At IESF – great new venue this year, by the way – Paul Hansen (www.hansenreport.com) talked about tightening competition in automotive electronics, especially for infotainment; slimmer margins on new car sales, and a rush to offer connectivity to the cloud.
He also outlined other problems for infotainment suppliers: Carmakers are taking systems integration in house, they are separating hardware sourcing from software sourcing, and they are cautiously embracing an open source business model, i.e. The GENIVI Alliance.
Hansen said plans by BMW, PSA Peugeot Citroën and Jaguar Land Rover to put GENIVI into production pose another challenge for infotainment suppliers. He mentioned that Mentor Graphics is a GENIVI board member that has been providing Linux embedded software and tools since 2009.
“The penetration of embedded infotainment systems will continue to grow for several more years, but inevitably it must plateau,” Hansen said, “So infotainment suppliers are exploring business opportunities in adjacent domains,” such as instrument clusters and head-up displays, and active safety.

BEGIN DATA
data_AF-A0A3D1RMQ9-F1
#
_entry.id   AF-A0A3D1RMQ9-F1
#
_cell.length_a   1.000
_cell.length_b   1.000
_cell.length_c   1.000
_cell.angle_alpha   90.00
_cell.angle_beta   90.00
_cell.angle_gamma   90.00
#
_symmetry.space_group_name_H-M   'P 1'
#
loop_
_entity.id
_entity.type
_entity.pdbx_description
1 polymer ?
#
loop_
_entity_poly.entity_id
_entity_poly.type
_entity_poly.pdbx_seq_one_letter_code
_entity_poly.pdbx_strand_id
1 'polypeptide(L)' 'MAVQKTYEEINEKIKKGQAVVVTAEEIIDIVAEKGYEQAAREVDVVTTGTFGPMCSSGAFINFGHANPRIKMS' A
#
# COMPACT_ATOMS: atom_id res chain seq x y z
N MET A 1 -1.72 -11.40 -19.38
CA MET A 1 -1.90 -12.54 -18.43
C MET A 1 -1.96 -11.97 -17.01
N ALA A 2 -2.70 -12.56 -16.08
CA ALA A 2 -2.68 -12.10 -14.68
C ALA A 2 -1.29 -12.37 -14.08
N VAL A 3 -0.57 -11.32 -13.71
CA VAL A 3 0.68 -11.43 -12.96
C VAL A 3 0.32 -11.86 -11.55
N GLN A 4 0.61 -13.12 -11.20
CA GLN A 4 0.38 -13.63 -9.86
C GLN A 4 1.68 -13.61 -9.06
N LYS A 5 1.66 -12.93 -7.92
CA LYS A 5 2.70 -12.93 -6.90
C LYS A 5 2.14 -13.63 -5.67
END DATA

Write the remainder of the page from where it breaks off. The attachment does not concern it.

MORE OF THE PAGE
Hansen said Euro NCAP estimates that automatic emergency braking systems can reduce accidents by up to 27%. “If that estimate proves to be accurate, other countries will find ways to mandate or encourage carmakers to install emergency braking systems on new vehicles.”
Despite advances in automotive electronics technology, distracted driving remains a major problem. “I used to think speech recognition was the answer,” Hansen said, “but after studying research published this June by the American Automobile Association, I am no longer sure.”
The AAA study found that that interacting with a speech-to-text system is more than three times more cognitively distracting than the single task of driving. Just talking on a hands-free cellphone was 2.27 times more distracting that the single driving task. “The industry needs to look closely at this study and respond thoughtfully, or more lives could be wasted on the highways,” Hansen said.
“It’s widely accepted that autonomous systems will evolve to take over more and more of the driving,” Hansen concluded, “but the industry still has many questions to answer before self-driving cars will hit the road.
“I’ll be writing about autonomous driving, about driver distraction, about active safety, about the competitive environment and many other important topics in future Hansen Reports.”